I will openly admit that after seeing the posters in my local cinema for this, it certainly wasn’t going to be one on the list of “movies to look forward to in 2011”. Post Twilight, Robert Pattinson (or R-Patz as he’s known by Twi..hardians?) hasn’t been able to shake the typecast of an emotionally unstable, brooding male. Last years Remember Me didn’t help his image, and was quite possibly the worst romantic drama I saw in 2010. Reese Witherspoon’s face hasn’t been seen in anything even remotely memorable since 2005’s Walk The Line, a biographical account of country music legend Johnny Cash. The only thing that interested me was the casting of Christopher Waltz, the linguistic genius who won an Oscar for his incredible performance in 2009 as Hans Landa in Quentin Tarantino’s Inglourious Basterds. So it may come as a surprise to you, loyal RA readers, that Water For Elephants has made its way into my top five films of 2011 for its elegance, beauty and great performances by all.
Based on the novel of the same name, Water For Elephants is the story of Jacob Jankowski (Robert Pattinson), an aspiring vet who’s final exam is interrupted by the tragic news that his parents have been killed in a car accident. With nothing left to stay for, he leaves town and it’s not long before he hitches on a train belonging to the travelling circus. His talents as an animal doctor are needed instantly, as an integral part of the star attraction, a horse, begins to limp. The rider, Marlene (Reese Witherspoon), is also the ringleaders wife: August (Christopher Waltz) is the ruthless owner of the circus, who’s heartless actions have made the other circus folk afraid of him. Jacobs kind nature catches the attention of Marlene, and they fall in love. But is there any chance that their illicit affair can last under the watchful eye of August?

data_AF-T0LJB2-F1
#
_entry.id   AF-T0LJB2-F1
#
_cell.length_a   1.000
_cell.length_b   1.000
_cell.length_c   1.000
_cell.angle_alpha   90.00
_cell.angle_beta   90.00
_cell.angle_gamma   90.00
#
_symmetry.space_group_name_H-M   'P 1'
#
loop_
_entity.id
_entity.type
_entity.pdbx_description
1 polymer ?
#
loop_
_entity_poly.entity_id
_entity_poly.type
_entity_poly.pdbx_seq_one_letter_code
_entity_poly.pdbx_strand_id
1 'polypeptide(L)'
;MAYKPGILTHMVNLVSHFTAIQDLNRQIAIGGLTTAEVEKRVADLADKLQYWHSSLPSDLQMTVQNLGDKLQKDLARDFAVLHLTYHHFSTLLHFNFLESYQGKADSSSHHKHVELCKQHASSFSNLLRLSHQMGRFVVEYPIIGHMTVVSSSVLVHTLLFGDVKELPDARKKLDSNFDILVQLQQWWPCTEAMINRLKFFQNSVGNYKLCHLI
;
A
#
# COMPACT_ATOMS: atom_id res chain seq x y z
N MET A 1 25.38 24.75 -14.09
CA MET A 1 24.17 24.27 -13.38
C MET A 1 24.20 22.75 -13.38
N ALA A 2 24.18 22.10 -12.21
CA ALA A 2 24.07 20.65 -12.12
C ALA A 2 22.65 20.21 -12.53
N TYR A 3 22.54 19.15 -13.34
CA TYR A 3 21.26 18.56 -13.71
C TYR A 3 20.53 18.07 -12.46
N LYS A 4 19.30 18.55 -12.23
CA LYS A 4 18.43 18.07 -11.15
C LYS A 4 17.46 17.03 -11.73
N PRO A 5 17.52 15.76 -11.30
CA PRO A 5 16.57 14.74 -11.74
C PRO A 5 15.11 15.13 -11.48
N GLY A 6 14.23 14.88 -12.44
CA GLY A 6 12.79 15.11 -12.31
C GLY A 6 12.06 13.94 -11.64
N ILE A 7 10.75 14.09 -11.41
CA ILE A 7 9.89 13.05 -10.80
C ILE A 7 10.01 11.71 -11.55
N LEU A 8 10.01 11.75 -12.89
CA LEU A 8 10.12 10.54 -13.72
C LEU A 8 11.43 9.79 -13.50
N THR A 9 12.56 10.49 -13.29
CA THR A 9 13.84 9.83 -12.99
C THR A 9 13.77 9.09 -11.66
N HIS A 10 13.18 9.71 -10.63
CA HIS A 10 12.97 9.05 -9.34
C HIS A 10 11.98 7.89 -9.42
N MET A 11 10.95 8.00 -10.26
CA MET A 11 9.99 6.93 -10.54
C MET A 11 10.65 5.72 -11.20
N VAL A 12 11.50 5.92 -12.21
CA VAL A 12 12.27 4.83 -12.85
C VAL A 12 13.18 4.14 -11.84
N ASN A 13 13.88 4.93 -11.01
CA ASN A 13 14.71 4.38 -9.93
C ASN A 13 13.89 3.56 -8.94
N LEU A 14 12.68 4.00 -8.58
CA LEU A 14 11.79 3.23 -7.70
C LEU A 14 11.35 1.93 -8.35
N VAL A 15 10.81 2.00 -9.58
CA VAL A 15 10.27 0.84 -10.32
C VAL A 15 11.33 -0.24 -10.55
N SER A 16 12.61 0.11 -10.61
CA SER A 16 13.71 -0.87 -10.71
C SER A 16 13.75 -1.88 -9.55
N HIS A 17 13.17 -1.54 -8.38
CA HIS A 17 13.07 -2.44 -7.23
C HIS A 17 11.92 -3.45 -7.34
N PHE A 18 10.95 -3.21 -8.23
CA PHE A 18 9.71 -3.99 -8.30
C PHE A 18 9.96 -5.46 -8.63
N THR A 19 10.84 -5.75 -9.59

Water For Elephants prides itself on being a grand, old fashioned drama. It promises nothing less, but delivers so much more. From the old style, ‘looking back’ voice over narration to the gorgeous set designs, it impresses on all levels; even Pattinson puts in a worthy performance. Finally, he has a role where he can break away from his comfort zone, and he handles it with great professionalism, in the process creating a warm character that is incredibly likeable. Witherspoon isn’t particularly awe inspiring, but she fits the bill for what is expected of her. Maybe it was the Marlene persona as opposed to her own acting, as she doesn’t do anything wrong but the chemistry between the two occasionally doesn’t set the screen alight. Waltz, however, is on a whole other level. His breakthrough came with Inglourious Basterds, and he undoubtedly stole the show. The same can be said here, with him bringing such passion and emotion to every scene he graces. He’s lined up to star in Roman Polanski’s next picture, as well as this years Three Musketeers and is promisingly rumoured for Tarantino’s western Django Unchained, so the future is looking bright for Mr Waltz.
I can’t stress enough just how beautiful it all is: even though it’s set during the Great Depression, the vibrancy brings out a longing for the viewer to have been around at that time. Every inch of the chaotically controlled nature of circus life is captured exquisitely by experienced cinematographer Rodrigo Prieto, who worked on Brokeback Mountain, 21 Grams and the underrated but visually stunning Babel.
Looking past it’s beauty, the most prominent flaw is, as previously mentioned, the weak chemistry between Pattinson and Witherspoon. At times, there isnt any present, and the relationship between the elephant and Marlene is what features the most. Not that this is a negative: the relationship and understanding between humans and animals in the movie is just as important as human to human.
It’s ambitious, bold and breathtakingly beautiful: Water For Elephants could just be the most spectacular drama of 2011.